When I’m fallin’


So a song comes into me, with words and a melody, and it probably isn’t done yet. It hasn’t been crafted. It is more life the song of Life, ever expressing itself without finishing. It is a song of longing, calling out to the Something out there. I know you can’t hear the melody on my guitar just now. But maybe you can sense what’s inside it.

“When I’m fallin’, will you catch me?

When I’m stumblin’, will you lead me?

Can you see me?

Will you free me?”


The monastic spirit is about entering our own solitude like a doorway, and going down through an inner passageway, and being willing to wander in the dark, and to give up certitude, and sometimes to fall. This life of the contemplative in the world is so much like the contemplatives inside monasteries: when we are falling we call out for help towards the Something.

We let go of making God in our own image, as a man, or a woman, or a human. We drop our own projections as best we can, except when it just helps us to use our imagination in those ways. And yet, we still need. We still want help. We still long. And we wonder towards the Sacred: are you really there, here, being yourself in our midst? And in the face of all the great suffering in the world, the unending, cataclysmic suffering, we still wonder: “Will you help me?”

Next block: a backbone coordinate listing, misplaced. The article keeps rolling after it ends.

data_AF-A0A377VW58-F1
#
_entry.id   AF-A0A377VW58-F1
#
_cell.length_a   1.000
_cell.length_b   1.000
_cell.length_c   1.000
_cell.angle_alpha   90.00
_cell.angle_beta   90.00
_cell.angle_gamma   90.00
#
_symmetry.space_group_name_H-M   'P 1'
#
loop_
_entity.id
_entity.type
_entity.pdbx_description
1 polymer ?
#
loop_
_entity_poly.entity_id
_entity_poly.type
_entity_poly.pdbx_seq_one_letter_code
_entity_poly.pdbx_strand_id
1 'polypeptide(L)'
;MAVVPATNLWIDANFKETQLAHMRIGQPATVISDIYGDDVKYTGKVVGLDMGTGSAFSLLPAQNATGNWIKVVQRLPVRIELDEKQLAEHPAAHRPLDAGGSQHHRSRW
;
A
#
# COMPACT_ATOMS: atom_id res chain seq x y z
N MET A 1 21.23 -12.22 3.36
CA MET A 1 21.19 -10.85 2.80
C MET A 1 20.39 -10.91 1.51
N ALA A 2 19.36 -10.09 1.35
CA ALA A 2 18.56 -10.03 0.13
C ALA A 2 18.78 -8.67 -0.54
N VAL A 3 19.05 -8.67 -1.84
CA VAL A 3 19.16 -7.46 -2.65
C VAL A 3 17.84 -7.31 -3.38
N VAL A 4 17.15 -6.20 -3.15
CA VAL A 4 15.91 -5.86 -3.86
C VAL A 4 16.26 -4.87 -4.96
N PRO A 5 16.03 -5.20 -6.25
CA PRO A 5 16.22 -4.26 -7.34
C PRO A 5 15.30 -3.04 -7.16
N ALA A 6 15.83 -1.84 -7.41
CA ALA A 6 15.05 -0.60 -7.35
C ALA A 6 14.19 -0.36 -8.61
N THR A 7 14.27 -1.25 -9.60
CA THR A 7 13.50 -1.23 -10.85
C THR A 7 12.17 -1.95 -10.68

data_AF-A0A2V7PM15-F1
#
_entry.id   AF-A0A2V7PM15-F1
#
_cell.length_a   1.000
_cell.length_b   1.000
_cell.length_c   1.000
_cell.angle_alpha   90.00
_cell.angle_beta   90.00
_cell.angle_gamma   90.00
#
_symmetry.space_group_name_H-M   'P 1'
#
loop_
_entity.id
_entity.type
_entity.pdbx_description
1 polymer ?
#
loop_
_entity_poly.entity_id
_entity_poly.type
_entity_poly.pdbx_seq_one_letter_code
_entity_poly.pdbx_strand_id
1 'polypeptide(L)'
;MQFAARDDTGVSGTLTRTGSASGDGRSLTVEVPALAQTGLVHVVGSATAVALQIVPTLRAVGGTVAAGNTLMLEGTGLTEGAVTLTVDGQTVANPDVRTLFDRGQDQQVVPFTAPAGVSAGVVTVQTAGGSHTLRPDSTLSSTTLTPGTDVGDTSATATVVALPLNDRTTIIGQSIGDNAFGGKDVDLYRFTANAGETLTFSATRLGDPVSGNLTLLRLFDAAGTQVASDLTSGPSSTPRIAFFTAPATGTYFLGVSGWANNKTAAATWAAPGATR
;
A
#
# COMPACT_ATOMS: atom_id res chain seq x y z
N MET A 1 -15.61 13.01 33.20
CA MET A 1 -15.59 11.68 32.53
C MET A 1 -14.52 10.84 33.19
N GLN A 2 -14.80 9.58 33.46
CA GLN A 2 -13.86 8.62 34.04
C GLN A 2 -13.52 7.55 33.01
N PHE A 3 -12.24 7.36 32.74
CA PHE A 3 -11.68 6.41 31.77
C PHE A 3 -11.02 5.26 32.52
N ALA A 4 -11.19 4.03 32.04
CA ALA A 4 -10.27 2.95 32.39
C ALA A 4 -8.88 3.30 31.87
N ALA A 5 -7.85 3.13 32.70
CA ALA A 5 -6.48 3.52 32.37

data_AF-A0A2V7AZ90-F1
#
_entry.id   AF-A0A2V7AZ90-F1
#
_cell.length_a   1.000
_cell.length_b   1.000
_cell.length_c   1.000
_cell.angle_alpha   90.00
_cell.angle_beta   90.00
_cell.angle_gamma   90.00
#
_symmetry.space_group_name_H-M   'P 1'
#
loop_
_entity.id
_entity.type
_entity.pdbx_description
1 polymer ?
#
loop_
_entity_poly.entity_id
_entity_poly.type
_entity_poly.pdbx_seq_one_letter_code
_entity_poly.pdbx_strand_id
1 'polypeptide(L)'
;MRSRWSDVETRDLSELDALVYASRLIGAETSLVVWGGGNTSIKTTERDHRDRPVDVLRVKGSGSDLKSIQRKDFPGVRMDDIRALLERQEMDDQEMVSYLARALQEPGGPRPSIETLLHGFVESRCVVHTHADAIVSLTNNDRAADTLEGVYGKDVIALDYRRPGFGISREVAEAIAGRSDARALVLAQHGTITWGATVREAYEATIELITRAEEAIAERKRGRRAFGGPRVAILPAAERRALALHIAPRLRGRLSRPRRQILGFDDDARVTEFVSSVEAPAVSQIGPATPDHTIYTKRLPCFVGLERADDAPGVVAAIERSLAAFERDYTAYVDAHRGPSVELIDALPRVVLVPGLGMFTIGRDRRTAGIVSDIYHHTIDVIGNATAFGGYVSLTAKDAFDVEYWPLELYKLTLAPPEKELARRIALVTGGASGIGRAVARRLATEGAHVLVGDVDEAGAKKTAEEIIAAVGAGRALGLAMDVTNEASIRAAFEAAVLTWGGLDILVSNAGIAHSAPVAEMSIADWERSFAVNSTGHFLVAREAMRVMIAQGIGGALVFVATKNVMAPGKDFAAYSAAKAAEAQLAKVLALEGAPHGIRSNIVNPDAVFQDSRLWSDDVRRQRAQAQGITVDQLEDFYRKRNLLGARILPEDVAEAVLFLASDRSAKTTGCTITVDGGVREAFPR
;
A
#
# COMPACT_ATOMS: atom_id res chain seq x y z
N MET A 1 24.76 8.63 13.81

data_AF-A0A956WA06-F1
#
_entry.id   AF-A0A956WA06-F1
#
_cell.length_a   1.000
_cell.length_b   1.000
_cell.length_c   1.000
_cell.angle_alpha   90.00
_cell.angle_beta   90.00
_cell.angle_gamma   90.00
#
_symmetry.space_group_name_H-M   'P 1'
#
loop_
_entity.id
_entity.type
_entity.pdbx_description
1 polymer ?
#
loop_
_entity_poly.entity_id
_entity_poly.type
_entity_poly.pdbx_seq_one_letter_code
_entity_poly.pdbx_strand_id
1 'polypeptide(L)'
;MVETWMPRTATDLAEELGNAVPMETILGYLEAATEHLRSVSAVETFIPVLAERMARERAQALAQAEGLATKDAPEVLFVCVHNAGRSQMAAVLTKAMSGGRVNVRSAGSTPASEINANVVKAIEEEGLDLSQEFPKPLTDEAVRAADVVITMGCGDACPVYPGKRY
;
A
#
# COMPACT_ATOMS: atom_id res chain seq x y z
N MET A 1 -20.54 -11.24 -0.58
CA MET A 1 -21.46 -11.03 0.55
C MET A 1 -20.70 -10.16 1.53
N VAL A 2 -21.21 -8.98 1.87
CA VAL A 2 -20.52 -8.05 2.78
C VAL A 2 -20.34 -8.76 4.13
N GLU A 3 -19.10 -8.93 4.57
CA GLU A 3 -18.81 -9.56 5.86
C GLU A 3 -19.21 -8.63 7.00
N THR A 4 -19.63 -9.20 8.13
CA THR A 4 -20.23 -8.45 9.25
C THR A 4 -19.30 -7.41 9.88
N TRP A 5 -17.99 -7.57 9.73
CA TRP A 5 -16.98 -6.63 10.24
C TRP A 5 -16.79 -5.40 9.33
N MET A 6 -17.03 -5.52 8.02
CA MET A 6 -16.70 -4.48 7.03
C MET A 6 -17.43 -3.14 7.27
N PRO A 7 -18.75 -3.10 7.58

Maybe some people project onto contemplatives an air of super-spiritual holiness. Others imagine monastics are floating around in a fog of illusion, deluding themselves that a life of simplicity, solitude, and inner stillness matters. And maybe we fall for both illusions at times ourselves: believing the contemplative life is super-spiritual, or all just a delusion.

But in the end we keep coming back to this one thing: when we are falling we ask the One to “catch…lead…see…free us.” And even when there seems to be no response, still we keep asking. This faithing is not about certitude. It is hoping Someone will be with us in our need. We keep calling out in a way that might sound like this:

“Out on this vacant lot called prayer…


I will bundle up my vast emptiness

and bring it to You now

and place it on Your doorstep

and wait here outside the door.

And even if You do not seem to answer,

somehow this is what I needed today,

to bring my wanting to You.”

For more stories like this see Monks in the World: Seeking God in a Frantic Culture, now available as a Kindle book.


About soulcare4u

I am the author of Monks in the World: Seeking God in a Frantic World, published by Wipf & Stock and available through Amazon.com; and of a blog on Wordpress.com, "A Contemplative Path." I serve as the founding spiritual director of The School for Contemplative Living (www.thescl.net), adjunct faculty of Loyola University, and as a pastoral counselor and spiritual director in private practice.
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